After sophomore forward Johnny Walker and junior defenseman Brinson Pasichnuk skated off the ice Friday night, they walked into the postgame interview session inside Oceanside Ice Arena, and disappointment swirled about the room.
However, after the lull of losing 3-2 to No. 1 Ohio State, emotions started to to take a turn, and they shifted toward excitement for the ASU men’s hockey team and its future in the aftermath of a tough loss. Although it has only just started its fourth season as a Division I program, ASU has began its jump into the national scene, and it has improved its culture and expectations.
“This program is at a point now where we are talking about being the tradition,” Walker said. “We talked about it in the locker room. There are no more moral wins. We expect to beat the No. 1 team in the country, which I think is a tribute to where this program is and how far it has come.”
During the highly-contested matchup, Ohio State capitalized on its power play to take a 3-1 lead. Coach Greg Powers said there was a feeling on the bench unlike any previous season in the same situation – ASU still believed it would win.
In previous years, Pasichnuk, a team captain, said players would be upset and voice frustration at teammates after a hard-fought defeat, which caused a negative reaction. However, he said this season has been vastly different.
“You can tell we are just so upset because we felt like we knew we could beat that team,” Pasichnuk said. “But guys aren’t going after each other. We are picking each other up, so leading this team has been just so cool to see how the guys have responded. We are becoming a family. That is what it takes to win in this league.”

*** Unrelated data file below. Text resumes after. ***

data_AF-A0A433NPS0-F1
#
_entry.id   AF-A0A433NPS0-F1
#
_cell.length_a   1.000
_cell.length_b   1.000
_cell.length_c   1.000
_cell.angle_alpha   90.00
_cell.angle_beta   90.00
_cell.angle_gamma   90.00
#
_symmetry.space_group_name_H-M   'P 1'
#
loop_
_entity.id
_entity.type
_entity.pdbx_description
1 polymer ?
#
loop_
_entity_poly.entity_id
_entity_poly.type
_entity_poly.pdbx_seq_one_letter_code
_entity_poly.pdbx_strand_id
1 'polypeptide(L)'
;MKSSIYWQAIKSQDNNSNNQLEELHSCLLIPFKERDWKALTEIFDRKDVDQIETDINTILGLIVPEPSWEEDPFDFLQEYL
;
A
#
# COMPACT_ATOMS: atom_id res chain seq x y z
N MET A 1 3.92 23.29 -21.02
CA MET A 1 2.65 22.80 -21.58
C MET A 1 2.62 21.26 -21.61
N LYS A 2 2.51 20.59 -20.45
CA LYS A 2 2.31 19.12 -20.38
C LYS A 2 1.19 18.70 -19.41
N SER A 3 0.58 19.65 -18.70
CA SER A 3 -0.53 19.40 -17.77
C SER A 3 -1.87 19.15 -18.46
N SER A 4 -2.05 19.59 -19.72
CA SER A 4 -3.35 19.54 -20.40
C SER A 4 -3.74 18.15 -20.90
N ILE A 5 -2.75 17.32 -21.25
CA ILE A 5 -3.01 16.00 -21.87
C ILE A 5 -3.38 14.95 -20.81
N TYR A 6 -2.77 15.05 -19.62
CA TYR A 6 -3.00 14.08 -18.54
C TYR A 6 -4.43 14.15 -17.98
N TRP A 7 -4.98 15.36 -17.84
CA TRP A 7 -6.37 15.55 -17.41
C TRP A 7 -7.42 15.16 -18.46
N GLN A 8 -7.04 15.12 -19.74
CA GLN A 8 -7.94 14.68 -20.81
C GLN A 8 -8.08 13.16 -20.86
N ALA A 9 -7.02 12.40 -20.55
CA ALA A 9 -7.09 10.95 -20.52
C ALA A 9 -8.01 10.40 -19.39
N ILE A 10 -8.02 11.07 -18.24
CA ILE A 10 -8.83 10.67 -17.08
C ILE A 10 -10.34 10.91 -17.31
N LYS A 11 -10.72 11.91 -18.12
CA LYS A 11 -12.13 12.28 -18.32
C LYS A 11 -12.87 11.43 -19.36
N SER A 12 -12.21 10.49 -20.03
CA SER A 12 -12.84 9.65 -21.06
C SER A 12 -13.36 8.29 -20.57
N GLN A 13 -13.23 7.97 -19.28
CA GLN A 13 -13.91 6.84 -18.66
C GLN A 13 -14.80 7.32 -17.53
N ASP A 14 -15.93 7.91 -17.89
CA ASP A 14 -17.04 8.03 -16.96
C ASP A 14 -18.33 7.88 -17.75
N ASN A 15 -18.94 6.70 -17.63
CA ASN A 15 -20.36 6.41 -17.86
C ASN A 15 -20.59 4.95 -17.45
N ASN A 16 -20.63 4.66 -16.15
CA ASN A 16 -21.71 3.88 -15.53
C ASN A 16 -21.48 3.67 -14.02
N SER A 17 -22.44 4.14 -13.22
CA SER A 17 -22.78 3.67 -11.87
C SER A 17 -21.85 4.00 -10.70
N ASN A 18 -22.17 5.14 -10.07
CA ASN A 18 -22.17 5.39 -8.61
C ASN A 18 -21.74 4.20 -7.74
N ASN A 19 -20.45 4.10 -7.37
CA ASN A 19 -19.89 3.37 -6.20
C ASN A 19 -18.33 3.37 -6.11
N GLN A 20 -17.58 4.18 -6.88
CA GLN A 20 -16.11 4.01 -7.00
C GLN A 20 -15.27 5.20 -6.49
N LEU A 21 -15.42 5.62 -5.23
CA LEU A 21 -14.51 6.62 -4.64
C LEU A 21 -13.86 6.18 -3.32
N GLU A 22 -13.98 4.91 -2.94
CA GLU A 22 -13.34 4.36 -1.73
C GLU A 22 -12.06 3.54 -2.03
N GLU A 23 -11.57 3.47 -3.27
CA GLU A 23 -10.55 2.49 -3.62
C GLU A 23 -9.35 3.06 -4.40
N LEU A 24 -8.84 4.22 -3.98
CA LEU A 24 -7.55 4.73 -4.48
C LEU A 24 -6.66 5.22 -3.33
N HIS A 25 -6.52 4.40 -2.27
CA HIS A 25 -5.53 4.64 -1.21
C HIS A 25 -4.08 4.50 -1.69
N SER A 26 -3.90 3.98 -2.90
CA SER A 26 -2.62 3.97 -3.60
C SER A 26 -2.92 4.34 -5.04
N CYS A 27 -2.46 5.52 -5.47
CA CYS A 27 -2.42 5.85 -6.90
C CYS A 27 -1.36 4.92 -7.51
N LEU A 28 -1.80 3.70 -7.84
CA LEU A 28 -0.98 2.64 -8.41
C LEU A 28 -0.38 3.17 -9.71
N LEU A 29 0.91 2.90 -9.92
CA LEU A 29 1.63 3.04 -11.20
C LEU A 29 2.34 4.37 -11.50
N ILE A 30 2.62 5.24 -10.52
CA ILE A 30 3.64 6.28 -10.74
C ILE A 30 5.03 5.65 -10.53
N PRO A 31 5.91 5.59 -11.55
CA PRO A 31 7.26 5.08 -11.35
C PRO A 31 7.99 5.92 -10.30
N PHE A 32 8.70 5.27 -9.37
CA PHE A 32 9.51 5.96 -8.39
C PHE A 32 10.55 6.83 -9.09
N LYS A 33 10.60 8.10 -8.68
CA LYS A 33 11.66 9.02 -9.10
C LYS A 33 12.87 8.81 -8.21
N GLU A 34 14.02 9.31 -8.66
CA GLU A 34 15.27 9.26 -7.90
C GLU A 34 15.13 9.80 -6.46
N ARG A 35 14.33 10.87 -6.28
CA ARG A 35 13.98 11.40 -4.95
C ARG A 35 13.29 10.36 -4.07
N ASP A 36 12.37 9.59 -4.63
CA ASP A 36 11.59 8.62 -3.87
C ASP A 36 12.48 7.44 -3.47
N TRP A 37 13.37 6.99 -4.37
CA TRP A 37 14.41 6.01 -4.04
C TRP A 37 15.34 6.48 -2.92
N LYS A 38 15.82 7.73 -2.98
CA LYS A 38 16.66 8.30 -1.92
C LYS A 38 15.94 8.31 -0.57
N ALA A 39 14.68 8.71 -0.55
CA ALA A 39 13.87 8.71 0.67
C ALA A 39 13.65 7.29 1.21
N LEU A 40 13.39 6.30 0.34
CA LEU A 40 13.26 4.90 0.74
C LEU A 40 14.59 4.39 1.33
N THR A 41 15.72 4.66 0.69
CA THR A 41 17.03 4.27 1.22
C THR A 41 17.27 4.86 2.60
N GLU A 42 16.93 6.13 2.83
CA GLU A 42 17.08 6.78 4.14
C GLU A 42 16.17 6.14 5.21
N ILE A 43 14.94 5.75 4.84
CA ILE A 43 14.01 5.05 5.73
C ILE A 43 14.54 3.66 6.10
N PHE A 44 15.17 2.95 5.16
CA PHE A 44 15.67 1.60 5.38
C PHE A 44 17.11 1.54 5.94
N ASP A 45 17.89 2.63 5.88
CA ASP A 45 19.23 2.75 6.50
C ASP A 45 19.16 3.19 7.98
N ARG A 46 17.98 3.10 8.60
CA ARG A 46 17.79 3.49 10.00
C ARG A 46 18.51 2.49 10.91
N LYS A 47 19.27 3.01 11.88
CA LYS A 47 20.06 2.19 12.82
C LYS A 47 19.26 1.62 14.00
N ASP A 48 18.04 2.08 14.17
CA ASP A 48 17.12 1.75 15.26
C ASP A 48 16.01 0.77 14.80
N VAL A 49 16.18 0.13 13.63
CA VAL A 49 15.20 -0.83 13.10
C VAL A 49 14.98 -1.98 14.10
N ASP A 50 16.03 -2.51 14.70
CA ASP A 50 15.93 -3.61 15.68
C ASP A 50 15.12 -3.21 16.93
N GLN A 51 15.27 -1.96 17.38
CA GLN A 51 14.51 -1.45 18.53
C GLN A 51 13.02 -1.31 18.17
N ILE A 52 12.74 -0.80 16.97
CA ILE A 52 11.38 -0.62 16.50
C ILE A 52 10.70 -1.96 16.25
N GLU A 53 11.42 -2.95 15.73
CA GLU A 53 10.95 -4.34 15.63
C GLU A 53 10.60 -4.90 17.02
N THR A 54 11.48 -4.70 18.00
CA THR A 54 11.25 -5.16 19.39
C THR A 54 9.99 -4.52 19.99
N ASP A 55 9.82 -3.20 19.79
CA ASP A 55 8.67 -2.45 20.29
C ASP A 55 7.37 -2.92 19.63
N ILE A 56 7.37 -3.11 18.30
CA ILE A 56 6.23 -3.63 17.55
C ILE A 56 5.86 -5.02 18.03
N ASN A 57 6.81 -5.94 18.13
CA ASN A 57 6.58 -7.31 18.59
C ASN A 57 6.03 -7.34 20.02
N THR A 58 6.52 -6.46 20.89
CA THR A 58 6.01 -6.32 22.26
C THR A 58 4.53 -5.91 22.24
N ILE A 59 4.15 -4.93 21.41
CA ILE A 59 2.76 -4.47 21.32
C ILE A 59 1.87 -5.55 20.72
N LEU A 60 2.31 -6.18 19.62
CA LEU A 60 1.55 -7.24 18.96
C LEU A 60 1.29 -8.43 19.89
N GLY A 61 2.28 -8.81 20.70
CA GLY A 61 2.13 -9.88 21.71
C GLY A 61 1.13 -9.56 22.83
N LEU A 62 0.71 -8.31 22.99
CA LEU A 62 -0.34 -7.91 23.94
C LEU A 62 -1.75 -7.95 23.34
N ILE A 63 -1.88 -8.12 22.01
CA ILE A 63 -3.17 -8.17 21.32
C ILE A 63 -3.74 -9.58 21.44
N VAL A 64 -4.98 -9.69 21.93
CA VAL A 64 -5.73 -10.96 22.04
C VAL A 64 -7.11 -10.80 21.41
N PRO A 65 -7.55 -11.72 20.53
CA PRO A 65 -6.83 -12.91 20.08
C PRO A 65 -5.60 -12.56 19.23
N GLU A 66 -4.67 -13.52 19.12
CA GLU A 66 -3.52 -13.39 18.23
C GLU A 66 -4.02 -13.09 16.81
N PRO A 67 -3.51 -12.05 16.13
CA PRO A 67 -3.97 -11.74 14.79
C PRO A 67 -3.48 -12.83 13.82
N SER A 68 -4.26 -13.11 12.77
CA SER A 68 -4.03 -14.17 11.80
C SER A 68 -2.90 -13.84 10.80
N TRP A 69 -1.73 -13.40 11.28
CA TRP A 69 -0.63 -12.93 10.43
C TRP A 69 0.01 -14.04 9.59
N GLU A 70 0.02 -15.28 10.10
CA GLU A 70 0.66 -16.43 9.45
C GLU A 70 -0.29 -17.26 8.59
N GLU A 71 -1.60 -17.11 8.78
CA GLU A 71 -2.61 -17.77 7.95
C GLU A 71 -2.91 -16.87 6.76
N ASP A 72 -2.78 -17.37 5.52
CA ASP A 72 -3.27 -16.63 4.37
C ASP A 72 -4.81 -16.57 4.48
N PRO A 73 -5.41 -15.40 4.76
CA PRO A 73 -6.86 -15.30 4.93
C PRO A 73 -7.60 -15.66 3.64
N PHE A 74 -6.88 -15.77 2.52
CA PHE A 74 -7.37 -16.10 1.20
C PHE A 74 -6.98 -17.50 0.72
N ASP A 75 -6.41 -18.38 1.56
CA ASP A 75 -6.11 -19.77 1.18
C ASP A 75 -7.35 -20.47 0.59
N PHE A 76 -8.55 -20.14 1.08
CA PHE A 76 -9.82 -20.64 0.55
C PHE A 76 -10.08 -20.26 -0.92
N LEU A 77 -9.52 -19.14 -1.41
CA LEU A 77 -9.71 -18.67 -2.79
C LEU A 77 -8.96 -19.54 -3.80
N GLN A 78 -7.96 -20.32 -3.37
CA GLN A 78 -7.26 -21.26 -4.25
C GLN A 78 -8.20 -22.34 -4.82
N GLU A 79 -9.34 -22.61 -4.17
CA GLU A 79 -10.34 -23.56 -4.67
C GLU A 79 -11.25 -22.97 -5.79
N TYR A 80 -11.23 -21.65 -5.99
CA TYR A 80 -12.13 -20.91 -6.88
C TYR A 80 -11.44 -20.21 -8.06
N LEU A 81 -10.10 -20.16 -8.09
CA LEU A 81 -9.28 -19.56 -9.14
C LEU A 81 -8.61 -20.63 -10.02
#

Powers has set a foundation by building a new leadership model, recruiting high-end and coachable talent and implementing a rigorous schedule, all while managing a game-by-game mentality. He uses a countdown clock in the team locker room before each game. He said this all plays into the ultimate goal of making the NCAA Tournament.
Powers said this year's freshman class, including redshirt freshman forward Austin Lemieux, will be special and make a significant impact because of its high-end skill. He also noted that ASU has continued to grow with experience, physicality and hard work.
Powers mentioned the Sun Devils have struggled to score goals early on during the program's youth, but freshmen forwards Demetrios Koumontzis, Jordan Sandhu and P.J. Marrocco can change that dynamic quickly.
“Bringing in those three up front really sprinkles in skill and ability to put the puck in the net that we haven’t had,” Powers said. “Now saying that, they are freshmen, and you never know with freshmen. Sometimes it clicks right away, and sometimes it takes (a while).”
Powers said he thinks the potential is there, especially with Koumontzis, who was drafted by the Calgary Flames in the fourth round during the most recent NHL draft.
Koumontzis can attend practice and speak to Calgary during his time at ASU, and the Flames may call Koumontzis before his eligibility ends. Above all, the talented young forward said he wants to help ASU win while improving his skillset.
As a veteran and a captain, Pasichnuk has been in awe of the freshman class as well.
“I thank God every day for bringing this freshman class we have,” Pasichnuk said. “They are a special group of guys. They instantly came in and just helped us finish that mold that we were waiting for."
As Powers continues to gather highly-talented student-athletes, he said he feels ASU is headed in the right direction with a deep roster that the program didn't have previously.
With an improved culture, prominent talent, some quality wins and a new 5,000-seat arena adjacent to Wells Fargo Arena in the works, ASU doesn’t have an uphill battle for recruiting anymore – the future is bright.
“When you start to create that momentum, kids’ ears start to perk up about playing Division I hockey at Arizona State,” Powers said. "It is going our way. It really is.”